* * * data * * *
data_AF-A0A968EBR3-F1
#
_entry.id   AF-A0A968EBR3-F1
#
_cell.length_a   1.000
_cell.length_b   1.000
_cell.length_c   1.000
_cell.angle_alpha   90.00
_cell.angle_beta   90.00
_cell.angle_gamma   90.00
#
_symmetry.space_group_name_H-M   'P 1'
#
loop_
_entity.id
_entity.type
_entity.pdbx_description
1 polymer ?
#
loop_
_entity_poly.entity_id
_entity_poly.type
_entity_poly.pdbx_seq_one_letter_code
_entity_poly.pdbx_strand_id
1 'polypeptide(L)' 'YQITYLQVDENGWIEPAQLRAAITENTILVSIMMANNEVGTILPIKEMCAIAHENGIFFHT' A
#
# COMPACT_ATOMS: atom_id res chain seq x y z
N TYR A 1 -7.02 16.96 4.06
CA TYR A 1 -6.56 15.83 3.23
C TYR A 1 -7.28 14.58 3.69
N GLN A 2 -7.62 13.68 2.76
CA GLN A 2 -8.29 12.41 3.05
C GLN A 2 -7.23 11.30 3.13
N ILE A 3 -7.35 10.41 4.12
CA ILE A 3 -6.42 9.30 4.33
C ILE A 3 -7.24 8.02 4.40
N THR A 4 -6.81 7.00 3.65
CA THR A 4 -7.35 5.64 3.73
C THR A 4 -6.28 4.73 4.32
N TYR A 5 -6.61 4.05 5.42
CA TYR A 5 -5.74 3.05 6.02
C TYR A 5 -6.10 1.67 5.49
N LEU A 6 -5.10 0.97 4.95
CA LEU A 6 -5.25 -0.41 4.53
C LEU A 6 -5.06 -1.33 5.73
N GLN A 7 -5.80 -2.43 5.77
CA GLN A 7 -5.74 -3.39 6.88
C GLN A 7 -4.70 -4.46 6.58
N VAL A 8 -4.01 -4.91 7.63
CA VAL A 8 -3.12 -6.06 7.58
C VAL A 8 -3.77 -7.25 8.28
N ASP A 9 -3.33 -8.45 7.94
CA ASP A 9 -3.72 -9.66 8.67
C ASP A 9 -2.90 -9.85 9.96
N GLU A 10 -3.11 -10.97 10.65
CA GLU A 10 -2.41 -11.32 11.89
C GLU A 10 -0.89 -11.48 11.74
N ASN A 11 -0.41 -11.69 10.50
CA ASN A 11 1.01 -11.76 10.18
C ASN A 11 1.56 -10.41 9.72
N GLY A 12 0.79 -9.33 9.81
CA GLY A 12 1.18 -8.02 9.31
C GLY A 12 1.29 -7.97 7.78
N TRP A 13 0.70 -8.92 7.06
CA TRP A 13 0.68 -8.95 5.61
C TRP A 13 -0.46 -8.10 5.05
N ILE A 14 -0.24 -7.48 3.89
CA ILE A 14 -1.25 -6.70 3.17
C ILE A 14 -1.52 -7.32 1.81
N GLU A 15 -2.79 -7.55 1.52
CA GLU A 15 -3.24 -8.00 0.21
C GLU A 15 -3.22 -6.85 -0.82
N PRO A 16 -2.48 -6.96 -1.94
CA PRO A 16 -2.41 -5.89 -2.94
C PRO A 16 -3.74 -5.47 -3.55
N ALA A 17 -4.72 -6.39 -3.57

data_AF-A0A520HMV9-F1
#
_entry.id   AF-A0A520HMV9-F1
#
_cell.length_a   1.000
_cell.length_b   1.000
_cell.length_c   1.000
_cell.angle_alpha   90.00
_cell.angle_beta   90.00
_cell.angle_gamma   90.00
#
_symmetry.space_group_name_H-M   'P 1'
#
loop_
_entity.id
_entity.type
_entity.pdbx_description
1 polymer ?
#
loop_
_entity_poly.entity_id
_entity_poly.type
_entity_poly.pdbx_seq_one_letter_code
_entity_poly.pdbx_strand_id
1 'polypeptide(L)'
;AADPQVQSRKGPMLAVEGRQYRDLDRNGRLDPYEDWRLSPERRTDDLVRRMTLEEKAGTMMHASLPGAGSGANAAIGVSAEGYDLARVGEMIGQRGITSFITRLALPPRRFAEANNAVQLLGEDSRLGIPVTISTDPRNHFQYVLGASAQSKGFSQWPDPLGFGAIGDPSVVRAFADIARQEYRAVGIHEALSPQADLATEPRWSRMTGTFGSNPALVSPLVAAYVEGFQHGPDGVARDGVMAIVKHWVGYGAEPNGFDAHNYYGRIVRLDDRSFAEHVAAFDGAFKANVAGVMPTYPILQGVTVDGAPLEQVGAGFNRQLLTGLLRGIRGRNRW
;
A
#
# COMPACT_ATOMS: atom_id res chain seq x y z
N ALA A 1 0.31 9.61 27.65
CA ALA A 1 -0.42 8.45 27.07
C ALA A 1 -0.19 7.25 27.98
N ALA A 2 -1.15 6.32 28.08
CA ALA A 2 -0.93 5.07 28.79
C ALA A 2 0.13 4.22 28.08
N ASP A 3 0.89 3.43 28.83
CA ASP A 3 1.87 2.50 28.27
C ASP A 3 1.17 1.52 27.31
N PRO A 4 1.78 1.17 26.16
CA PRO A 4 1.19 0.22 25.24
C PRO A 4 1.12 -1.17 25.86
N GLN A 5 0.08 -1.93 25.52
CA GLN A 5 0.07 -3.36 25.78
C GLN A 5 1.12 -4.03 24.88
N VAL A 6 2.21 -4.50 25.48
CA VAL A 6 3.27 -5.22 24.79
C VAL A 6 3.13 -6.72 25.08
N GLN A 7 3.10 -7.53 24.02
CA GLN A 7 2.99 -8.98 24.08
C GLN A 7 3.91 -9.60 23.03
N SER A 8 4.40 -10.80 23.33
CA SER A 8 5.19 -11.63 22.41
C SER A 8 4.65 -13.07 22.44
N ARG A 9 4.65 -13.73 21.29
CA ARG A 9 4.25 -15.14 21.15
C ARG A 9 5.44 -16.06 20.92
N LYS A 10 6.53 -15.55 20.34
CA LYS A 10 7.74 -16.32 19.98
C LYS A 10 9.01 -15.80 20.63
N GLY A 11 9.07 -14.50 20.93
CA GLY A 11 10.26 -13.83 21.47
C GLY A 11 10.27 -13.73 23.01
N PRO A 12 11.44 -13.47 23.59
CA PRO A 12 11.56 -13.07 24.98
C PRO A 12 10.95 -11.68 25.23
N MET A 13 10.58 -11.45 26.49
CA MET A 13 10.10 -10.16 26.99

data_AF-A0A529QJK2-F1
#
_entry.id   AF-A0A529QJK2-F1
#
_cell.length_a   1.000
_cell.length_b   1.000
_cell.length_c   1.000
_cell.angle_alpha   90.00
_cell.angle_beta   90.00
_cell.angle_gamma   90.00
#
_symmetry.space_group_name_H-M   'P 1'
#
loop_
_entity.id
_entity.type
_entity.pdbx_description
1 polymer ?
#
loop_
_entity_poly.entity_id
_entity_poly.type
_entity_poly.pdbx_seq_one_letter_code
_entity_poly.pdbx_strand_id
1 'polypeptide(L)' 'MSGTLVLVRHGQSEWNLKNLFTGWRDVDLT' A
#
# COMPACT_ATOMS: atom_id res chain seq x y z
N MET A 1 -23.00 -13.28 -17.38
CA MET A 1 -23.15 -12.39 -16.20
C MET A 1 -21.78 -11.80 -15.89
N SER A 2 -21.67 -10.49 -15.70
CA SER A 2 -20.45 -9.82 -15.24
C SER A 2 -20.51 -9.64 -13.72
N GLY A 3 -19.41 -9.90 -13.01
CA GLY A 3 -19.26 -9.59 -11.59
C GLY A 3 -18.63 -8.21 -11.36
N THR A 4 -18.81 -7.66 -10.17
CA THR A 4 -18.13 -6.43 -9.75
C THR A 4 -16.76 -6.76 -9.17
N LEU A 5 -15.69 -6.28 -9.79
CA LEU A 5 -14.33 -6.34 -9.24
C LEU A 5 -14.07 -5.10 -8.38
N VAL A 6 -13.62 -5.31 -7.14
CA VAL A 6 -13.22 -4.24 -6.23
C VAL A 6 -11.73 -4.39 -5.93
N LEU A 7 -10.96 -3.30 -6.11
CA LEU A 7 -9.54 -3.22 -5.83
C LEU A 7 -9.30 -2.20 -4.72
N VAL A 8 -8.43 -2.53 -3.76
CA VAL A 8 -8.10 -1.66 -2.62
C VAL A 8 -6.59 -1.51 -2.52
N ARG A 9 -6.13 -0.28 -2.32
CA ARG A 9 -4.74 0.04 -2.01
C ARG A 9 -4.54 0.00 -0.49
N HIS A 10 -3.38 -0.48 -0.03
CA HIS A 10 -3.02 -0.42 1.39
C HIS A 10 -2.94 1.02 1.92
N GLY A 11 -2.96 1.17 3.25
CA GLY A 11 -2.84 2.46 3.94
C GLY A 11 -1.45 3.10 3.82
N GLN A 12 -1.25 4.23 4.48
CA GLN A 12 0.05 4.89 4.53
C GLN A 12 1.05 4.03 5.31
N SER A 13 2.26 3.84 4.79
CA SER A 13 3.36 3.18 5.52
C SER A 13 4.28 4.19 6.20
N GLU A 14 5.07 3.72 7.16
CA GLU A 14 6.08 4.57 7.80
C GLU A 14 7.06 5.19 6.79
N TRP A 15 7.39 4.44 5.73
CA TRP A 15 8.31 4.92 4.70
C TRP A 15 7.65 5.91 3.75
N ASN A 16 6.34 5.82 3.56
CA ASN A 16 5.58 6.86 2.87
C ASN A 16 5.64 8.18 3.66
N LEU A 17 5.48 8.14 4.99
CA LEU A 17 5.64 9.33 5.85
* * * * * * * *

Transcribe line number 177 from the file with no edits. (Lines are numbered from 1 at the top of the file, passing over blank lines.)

C SER A 2 -20.51 -9.64 -13.72